New Delhi, July 5 The arrival of monsoon has also drawn out the city’s reptilian population with as many as 20 reptiles getting rescued in a span of three days from across Delhi-NCR.
The rescued reptiles include three Indian cobras, seven common sand boas, three monitor lizards and seven Indian rat snakes, which were rescued by conservation body Wildlife SOS’ rapid response unit.
Two Indian rat snakes were rescued from synthetic nets in two separate situations. One of the rat snakes was found entangled in a net inside a farmhouse in Gurgaon’s Kapashera border. On spotting the distressed reptile, security personnel quickly alerted Wildlife SOS on the 24×7 rescue helpline (9871963535) for help. In another incident, a nearly 5-foot-long rat snake was found entangled in a net near a park in the Yamuna Bank police station area.
In both cases, the Wildlife SOS teams safely extricated the snakes which are currently under medical observation and would be released once declared fit by the veterinarians.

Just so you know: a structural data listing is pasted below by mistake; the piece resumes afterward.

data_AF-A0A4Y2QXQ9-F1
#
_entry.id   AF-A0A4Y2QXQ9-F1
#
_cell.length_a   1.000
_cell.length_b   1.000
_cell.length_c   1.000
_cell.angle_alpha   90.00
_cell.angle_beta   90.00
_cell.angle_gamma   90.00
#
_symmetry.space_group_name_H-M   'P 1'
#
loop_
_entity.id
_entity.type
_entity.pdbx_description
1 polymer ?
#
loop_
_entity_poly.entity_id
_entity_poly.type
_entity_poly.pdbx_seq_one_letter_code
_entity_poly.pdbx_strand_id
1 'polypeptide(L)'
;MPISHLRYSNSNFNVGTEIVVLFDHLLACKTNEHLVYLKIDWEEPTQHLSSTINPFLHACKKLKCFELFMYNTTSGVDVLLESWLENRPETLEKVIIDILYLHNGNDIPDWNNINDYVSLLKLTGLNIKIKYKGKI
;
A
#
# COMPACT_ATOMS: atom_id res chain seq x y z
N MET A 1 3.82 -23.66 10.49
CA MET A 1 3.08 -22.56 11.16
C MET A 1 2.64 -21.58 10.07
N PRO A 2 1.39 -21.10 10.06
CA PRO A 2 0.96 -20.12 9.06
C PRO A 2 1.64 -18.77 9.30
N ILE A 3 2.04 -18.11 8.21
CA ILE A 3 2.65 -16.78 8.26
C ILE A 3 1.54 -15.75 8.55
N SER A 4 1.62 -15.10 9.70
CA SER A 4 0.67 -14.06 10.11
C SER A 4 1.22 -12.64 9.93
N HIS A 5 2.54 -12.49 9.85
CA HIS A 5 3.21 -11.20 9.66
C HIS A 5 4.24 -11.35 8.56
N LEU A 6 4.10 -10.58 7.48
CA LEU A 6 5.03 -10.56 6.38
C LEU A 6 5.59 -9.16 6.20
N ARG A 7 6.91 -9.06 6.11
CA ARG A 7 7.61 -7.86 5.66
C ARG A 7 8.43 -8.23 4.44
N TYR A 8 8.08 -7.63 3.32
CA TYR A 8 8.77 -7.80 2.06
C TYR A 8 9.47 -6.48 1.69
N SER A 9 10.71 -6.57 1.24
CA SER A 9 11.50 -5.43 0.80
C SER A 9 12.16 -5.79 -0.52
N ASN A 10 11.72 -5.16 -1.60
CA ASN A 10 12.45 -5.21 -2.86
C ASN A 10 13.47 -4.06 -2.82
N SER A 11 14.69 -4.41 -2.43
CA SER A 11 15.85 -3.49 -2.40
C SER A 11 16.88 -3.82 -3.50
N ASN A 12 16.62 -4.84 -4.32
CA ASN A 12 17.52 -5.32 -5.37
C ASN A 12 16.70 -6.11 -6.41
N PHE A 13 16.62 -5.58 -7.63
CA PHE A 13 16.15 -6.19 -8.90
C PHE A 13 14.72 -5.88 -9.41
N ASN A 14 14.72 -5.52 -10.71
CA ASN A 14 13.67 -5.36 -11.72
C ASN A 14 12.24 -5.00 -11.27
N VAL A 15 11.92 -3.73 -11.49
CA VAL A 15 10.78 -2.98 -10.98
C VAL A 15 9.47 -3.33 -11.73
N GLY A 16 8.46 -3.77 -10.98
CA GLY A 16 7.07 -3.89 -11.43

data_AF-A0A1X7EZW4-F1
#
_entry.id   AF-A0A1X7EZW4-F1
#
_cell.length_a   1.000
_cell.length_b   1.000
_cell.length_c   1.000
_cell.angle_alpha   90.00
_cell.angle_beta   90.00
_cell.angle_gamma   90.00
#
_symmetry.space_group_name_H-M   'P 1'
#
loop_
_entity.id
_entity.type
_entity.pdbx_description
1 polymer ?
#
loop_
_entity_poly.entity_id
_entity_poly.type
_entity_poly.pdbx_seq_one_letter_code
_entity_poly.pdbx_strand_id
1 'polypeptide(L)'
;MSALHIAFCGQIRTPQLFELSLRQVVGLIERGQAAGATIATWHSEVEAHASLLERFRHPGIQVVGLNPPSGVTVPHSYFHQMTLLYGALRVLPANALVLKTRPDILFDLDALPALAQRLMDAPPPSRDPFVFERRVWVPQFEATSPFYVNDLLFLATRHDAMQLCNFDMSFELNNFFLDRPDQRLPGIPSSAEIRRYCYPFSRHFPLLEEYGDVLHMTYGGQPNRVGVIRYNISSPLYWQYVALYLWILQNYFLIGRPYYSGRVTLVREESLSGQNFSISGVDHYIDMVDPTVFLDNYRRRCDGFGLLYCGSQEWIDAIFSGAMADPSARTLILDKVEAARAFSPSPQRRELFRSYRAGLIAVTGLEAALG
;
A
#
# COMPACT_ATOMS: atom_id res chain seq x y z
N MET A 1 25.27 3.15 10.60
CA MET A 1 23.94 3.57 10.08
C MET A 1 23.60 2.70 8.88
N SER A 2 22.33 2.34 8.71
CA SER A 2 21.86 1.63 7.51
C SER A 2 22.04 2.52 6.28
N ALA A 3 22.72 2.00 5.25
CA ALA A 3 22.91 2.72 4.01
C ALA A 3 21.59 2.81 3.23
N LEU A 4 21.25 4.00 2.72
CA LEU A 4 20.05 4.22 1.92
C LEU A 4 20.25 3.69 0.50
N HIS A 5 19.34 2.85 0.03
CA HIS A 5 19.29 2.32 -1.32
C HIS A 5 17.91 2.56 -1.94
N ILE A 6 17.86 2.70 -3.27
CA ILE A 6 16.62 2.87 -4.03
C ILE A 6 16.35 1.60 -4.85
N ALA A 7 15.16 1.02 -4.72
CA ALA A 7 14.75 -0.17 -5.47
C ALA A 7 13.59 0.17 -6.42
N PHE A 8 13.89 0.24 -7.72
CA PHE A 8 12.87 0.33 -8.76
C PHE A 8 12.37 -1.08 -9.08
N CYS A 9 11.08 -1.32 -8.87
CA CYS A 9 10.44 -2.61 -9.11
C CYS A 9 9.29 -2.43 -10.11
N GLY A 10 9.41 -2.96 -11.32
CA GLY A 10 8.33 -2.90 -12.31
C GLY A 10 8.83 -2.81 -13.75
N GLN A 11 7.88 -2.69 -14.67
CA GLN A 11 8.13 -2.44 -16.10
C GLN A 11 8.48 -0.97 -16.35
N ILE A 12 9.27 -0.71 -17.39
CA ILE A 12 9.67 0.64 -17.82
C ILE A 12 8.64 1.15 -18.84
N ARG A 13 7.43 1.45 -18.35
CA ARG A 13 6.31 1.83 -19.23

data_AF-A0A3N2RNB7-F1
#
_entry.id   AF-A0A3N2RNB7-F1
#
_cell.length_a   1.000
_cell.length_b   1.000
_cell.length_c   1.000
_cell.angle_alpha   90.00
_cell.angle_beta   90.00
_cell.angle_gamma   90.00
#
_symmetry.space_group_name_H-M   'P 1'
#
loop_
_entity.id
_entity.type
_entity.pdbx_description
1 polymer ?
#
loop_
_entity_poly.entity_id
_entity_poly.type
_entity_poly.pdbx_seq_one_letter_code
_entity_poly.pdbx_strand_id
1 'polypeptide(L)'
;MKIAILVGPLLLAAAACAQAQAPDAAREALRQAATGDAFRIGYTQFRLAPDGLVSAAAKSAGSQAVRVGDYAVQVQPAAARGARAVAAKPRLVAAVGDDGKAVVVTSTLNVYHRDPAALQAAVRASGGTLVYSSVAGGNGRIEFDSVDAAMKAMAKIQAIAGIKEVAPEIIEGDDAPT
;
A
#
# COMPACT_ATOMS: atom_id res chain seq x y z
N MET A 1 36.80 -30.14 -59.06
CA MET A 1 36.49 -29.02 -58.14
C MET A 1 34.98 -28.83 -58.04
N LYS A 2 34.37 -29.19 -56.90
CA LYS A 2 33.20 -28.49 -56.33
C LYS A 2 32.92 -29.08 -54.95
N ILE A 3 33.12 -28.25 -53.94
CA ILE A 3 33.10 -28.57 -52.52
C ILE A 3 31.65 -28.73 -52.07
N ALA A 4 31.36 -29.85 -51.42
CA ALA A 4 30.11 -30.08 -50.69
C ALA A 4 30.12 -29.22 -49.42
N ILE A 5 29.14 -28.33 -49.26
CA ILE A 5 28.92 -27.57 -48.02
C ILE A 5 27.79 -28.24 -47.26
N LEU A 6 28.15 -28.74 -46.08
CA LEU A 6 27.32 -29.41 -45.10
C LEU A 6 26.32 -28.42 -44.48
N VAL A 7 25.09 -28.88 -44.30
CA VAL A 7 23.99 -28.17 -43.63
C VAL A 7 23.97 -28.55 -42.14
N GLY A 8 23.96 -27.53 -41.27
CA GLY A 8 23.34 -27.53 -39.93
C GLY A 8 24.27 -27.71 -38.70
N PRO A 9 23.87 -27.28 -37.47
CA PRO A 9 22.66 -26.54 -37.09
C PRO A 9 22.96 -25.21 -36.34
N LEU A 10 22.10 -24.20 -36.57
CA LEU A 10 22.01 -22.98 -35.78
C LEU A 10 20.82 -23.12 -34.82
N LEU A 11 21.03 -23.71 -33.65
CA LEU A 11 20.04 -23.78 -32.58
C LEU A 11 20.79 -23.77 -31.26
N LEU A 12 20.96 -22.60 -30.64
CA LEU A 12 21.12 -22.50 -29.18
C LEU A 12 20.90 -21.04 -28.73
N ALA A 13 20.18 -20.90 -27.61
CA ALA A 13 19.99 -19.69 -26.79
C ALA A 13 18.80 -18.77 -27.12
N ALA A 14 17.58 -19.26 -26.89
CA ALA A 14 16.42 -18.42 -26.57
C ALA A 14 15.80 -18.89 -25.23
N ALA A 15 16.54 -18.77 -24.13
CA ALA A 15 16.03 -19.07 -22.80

Of the three monitor lizards rescued by the Wildlife SOS rapid response unit, one was found inside a residence at Shyam Vihar in Najafgarh. As soon as the team reached the location to rescue the lizard, the animal jumped into a water tank. It took the team nearly 30 minutes to finally extricate the reptile.
In another incident, five baby common sand boas were found inside the Delhi Jal Board office in Jhandewalan. Two more sand boas were rescued from a house in Lodhi Railway Colony and from a sewage pipe in Okhla Phase I, respectively.
The rescue of a cobra from an Indian Oil plant in the Madanpur Khadar area and another from a DDA apartment in Dwarka wrapped up the rescue ops.
“Synthetic nets found in gardens and fields are a bane for wild animals, especially reptiles, and are capable of causing severe fatalities. Unsuspecting wildlife on being entangled or trapped in them can die from suffocation.
“We have rescued several snakes such as cobras, rat snakes and rock pythons from such situations in the past. It needs extreme caution to untangle the net without hurting the snake,” Kartick Satyanarayan, Co-founder and CEO, Wildlife SOS, said.